At the moment, licences for over-65s are valid for five years, reducing to two years once people reach the age of 70.
Drivers aged 65 and over may find their driving licences have to be renewed more frequently, if the Directorate-General for Traffic (DGT) goes ahead with plans which are currently under consideration. At the moment, drivers over 65 have to renew their licences every five years, and every two years once they reach the age of 70.
There are four million drivers in this age group in Spain, which is 15% of the total. However, the deputy director for road safety education and training at the DGT, María José Aparicio, has said that “30% of those who die in traffic accidents in the European Union are over 65. That applies to all countries, and the figure rises to 50% for pedestrians and cyclists. In 2019 in Spain, 28% of fatalities in traffic accidents were over 65 and these figures are going to get worse if we don’t do something about it, because the population is ageing”.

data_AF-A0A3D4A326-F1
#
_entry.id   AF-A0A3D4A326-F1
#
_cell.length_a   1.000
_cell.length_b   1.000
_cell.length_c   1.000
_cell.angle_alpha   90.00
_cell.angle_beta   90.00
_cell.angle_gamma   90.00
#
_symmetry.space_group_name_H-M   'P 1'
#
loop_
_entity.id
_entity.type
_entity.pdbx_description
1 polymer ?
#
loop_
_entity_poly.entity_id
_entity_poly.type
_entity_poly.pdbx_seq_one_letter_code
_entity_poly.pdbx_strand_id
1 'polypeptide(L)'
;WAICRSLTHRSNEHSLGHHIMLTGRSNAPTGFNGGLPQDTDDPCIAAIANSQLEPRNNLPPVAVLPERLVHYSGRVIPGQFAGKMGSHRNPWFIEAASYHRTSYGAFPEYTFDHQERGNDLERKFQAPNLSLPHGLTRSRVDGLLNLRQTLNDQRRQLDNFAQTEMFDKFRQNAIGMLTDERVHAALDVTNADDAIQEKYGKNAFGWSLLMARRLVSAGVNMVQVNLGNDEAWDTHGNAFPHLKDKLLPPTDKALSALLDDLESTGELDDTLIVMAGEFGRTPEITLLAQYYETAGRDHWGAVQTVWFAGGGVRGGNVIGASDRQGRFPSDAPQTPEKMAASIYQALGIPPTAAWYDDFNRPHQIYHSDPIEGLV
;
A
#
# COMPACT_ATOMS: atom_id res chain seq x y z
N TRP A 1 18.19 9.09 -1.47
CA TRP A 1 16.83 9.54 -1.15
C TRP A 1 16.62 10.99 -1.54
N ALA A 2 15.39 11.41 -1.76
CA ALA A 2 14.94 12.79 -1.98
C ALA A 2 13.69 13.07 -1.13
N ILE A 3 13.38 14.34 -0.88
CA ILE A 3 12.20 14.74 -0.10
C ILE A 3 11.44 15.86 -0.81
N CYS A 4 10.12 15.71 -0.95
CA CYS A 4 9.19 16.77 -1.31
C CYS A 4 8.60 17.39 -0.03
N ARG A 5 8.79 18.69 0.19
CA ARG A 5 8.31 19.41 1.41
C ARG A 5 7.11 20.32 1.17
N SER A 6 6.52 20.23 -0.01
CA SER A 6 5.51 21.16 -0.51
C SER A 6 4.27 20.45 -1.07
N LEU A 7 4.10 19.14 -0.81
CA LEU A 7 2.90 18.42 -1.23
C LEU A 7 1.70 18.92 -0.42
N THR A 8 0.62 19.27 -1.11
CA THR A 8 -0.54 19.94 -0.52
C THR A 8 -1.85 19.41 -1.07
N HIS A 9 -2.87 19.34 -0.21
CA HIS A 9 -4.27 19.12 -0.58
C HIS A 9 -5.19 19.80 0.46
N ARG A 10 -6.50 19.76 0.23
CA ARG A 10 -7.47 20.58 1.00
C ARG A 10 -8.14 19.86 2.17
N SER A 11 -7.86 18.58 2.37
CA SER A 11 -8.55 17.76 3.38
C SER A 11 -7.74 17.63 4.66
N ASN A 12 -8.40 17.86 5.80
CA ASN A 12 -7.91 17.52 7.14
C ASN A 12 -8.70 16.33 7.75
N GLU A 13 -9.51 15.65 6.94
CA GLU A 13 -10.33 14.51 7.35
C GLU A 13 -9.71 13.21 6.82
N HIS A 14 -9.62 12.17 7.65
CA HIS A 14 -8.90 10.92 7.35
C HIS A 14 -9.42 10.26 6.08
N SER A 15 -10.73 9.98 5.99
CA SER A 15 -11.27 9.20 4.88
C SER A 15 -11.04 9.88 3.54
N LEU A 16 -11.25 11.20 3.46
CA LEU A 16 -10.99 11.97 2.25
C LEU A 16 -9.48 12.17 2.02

The general director of the DGT, Pere Navarro, has also confirmed that the validity periods of driving licences and frequency of medical checks will be reviewed for people over the age of 65.
Interestingly, the present Traffic Law stipulates that “the driver must be able to control their vehicle at all times”, but does not mention a maximum age for driving, only a minimum age for certain types of driving licences and rules about the ages at which permission to drive has to be renewed.